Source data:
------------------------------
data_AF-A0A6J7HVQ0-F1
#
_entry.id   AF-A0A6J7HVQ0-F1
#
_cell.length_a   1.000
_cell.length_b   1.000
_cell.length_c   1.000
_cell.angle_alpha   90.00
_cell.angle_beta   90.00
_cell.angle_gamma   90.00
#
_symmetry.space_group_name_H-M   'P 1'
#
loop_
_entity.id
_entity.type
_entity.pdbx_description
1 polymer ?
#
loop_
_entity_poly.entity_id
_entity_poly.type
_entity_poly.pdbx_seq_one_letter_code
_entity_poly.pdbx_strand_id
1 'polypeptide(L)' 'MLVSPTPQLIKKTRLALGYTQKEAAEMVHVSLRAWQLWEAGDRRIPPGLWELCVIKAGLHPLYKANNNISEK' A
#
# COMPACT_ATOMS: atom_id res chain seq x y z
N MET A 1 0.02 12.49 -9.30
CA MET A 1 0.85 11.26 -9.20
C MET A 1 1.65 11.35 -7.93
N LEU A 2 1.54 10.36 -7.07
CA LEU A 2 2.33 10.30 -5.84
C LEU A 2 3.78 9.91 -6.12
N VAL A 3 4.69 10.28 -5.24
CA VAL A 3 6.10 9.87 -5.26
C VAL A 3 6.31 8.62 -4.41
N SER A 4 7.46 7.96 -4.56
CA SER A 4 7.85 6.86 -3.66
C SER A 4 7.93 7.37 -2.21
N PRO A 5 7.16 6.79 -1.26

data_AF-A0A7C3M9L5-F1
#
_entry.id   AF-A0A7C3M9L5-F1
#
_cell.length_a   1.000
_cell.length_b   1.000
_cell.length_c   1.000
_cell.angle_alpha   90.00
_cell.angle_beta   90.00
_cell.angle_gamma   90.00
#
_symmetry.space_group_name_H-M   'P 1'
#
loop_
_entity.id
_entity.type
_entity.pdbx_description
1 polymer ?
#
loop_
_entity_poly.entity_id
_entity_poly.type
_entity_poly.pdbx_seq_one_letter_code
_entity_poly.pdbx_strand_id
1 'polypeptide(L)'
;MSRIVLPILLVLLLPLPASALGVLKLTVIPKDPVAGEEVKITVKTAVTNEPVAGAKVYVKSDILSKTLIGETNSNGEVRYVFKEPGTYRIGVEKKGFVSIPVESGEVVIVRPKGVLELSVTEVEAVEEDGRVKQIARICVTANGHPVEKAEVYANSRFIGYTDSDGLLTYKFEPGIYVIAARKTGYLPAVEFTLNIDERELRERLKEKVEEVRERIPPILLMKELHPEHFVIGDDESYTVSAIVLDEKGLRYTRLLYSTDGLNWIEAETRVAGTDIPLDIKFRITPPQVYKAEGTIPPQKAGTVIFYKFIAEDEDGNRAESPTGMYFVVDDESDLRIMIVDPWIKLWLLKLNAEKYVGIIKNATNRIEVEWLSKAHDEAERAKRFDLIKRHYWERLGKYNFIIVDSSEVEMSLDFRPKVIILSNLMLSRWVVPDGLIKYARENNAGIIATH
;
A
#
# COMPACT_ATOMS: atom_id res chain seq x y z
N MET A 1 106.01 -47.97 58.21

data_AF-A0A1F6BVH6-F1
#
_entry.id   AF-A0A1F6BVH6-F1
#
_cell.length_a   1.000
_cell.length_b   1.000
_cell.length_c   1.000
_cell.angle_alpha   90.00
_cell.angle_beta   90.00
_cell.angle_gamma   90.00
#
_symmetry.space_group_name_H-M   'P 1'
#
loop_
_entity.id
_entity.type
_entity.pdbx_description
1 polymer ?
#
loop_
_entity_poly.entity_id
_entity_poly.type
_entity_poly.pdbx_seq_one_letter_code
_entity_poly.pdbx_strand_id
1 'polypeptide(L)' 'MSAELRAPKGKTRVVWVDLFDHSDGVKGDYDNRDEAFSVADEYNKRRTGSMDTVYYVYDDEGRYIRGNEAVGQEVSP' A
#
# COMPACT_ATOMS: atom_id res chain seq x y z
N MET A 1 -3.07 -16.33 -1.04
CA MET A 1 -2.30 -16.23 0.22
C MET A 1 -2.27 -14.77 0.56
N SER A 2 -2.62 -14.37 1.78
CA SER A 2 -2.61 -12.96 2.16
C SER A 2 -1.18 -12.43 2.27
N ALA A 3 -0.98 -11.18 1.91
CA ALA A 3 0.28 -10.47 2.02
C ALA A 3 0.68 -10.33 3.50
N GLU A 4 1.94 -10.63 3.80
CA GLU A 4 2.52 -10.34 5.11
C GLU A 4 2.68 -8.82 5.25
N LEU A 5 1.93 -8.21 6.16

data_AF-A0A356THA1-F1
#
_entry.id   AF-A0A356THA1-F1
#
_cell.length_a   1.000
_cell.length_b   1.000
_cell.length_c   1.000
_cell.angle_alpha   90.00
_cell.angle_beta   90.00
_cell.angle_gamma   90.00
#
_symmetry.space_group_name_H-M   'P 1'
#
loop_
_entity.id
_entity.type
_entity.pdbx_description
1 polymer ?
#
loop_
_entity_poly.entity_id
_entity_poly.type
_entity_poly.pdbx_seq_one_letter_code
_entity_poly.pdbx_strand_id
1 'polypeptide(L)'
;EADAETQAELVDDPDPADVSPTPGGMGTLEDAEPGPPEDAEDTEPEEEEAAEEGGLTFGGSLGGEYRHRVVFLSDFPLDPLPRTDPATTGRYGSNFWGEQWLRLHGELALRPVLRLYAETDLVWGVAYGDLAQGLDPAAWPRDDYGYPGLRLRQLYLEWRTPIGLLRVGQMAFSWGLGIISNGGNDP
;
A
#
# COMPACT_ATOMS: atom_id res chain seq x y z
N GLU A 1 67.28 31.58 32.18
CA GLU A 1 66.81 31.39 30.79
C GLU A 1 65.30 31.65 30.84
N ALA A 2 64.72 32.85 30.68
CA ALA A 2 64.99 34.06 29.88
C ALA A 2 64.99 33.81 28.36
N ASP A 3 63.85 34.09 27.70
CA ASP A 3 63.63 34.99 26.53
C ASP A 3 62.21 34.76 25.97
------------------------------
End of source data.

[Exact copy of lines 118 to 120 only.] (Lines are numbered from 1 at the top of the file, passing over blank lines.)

_cell.length_c   1.000
_cell.angle_alpha   90.00
_cell.angle_beta   90.00